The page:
by Tracy Johnson
You probably heard about Matty Siegal “quitting” on Wednesday morning, only to return Thursday. The trigger for the KISS 108/Boston morning legend’s short retirement was a mandate from management to stop talking about Demi Lovato’s announcement of her binary identity. Discussing difficult topics is a challenge for many radio shows.
I have many thoughts on the Matty In the Morning topic.
For those that didn’t hear it, here’s the entire break:
First, it’s important to understand some background about Matty and his radio show:
He has equity in the market that has been earned over his four decades of winning ratings in a very competitive market. He has a large, loyal fan base. Just as some baseball fans may not like every trade the Red Sox makes, they are still loyal fans because they care about the team. Listeners care about Matty.
Matty has a relationship with the audience that transcends “what he says” and “what he believes”. Fans love him for “who he is”. He is one of the rare personalities in Stage 5 (Love) in his Personality Success Path.
Next, consider the audience’s attitude today. The public is hyper-sensitive to thoughts, opinions, and comments that don’t align with their personal sense of what is right or wrong. The Cancel Culture is quick to attack anything that violates their personal opinions.
And third, consider the consequences of managing from a position of fear. High-profile personalities with a large fan base should talk about things that affect listeners.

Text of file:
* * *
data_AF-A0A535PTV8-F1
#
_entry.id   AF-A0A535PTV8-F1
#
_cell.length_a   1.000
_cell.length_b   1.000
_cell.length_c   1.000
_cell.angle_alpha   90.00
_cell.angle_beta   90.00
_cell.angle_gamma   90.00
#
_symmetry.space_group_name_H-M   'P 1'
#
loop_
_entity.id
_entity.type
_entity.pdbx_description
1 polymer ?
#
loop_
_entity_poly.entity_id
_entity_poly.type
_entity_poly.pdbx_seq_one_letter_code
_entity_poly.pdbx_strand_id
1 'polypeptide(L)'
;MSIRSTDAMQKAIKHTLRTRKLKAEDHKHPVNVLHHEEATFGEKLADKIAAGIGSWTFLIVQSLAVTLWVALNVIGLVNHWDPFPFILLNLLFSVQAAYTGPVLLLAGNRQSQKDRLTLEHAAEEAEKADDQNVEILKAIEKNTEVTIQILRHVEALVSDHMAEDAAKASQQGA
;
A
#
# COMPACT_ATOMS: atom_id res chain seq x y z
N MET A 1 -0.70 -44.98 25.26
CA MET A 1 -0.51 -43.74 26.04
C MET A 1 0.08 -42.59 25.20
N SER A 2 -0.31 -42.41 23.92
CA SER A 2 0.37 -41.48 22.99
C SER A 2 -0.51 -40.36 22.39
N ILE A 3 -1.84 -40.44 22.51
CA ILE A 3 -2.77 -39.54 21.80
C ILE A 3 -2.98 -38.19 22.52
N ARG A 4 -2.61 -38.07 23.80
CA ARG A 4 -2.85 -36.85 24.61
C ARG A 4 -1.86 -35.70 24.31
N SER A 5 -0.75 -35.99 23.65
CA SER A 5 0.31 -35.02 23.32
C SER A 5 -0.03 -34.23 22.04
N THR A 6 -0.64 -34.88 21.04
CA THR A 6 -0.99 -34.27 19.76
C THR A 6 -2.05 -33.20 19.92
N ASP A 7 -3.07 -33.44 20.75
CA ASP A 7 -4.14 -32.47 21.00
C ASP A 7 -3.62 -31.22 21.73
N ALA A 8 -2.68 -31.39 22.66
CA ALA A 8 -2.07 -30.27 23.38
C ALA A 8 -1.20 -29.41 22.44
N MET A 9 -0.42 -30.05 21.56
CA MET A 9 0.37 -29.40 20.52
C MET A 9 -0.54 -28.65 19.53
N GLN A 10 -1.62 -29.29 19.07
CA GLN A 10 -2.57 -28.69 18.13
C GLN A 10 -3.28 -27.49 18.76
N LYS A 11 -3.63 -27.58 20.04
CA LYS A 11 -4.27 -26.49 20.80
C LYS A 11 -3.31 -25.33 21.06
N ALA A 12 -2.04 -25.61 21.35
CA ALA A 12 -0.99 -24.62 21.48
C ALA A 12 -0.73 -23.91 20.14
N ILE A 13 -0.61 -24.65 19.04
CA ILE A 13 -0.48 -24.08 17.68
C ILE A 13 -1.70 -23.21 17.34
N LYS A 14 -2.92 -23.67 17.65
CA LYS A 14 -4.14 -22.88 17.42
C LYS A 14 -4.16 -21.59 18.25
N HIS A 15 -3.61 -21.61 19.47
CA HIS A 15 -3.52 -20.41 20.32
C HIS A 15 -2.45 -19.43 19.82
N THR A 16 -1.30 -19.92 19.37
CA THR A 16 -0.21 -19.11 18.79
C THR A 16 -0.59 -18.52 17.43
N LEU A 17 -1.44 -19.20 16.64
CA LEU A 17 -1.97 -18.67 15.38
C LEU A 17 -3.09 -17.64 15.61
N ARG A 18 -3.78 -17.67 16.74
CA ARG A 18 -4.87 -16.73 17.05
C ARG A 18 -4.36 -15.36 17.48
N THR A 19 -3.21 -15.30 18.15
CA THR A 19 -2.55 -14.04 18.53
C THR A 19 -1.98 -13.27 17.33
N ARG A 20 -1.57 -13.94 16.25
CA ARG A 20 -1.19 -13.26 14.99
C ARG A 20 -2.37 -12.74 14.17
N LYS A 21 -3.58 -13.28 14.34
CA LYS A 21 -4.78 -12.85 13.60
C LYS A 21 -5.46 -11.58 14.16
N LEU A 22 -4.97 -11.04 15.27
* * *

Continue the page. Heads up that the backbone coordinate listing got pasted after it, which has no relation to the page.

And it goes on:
Avoiding topics the audience is thinking about will lead to declining relevance. The result will be a largely apathetic fan base. This is one reason many (most) radio talent today is stuck in the Zone of Mediocrity.
And that’s worse than a relatively small percentage of listeners (and many or most of the complaints are likely not even from fans or listeners) complaining about a personality’s perspective on a topic.
Don’t misunderstand what I’m saying.
Personalities should be held responsible to perform within boundaries based on the relationship he or she has with the audience.
But management that over-reacts to complaints by simply issuing orders to “stop talking about it” is making a huge mistake. More and more stations are issuing orders to stay away from anything controversial, sensitive, or perspectives a listener could perceive as negative.
This is one of the reasons radio shows are not as connected to listeners as they could (and should) be.
But don’t be reckless.
Matt Siegal and other dominant shows that have a deep audience relationship can be more outspoken than a new or developing show.
But every show can talk about difficult topics by developing content through the show’s character brand filter.
Here’s an example.
There are several important reasons this break worked so well for the show.
Here are the key takeaways that apply to dealing with difficult topics:
Talking about difficult topics on the air is challenging for most personalities. But it’s also a key to forming an authentic, relatable bond with the audience.
Please understand the point of this article. It’s not to encourage shows to talk about mental health. I’m not saying every personality should talk about every controversial or sensitive topic.
The point is that becoming a difference-making radio show demands stretching beyond the ordinary. Be willing to explore the boundaries of your personality and get out of your comfort zone.
And for managers and programmers: Have the courage to develop, encourage, and support talent. It’s the only way your stations will survive in the future…let alone thrive.
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